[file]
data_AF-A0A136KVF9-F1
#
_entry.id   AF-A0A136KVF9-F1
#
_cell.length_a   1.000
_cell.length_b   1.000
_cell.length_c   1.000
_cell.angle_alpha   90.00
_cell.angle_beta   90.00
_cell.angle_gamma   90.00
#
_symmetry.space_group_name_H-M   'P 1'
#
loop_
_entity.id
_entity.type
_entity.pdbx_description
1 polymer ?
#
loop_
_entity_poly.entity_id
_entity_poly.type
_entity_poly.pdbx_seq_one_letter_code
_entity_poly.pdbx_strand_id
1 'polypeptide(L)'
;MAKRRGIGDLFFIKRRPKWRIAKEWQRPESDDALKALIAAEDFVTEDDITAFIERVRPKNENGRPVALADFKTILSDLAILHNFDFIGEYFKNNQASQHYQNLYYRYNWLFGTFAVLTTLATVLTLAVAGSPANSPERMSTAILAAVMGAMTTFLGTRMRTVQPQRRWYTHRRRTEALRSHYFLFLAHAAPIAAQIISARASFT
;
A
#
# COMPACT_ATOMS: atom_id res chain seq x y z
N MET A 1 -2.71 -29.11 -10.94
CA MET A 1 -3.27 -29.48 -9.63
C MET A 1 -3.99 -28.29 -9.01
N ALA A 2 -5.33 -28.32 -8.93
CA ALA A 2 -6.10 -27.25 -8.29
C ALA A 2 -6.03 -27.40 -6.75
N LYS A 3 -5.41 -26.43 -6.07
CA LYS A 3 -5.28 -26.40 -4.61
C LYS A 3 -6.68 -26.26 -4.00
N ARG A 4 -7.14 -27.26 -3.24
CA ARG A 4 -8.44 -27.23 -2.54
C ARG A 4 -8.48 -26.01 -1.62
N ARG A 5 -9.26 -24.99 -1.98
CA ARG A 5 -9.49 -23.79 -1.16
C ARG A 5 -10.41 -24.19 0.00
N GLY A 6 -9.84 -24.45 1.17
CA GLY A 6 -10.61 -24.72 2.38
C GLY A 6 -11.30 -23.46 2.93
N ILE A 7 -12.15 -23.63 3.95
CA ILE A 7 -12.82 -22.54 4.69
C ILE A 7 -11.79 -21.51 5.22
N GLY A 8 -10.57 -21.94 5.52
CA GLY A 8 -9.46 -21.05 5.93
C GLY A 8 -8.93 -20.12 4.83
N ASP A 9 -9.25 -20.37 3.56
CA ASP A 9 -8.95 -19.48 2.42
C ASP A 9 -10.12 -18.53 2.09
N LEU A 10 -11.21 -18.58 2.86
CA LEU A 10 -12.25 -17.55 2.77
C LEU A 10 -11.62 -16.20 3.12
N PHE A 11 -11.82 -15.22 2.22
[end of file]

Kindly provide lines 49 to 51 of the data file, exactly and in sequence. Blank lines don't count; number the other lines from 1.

N ILE A 7 -12.15 -23.63 3.95
CA ILE A 7 -12.82 -22.54 4.69
C ILE A 7 -11.79 -21.51 5.22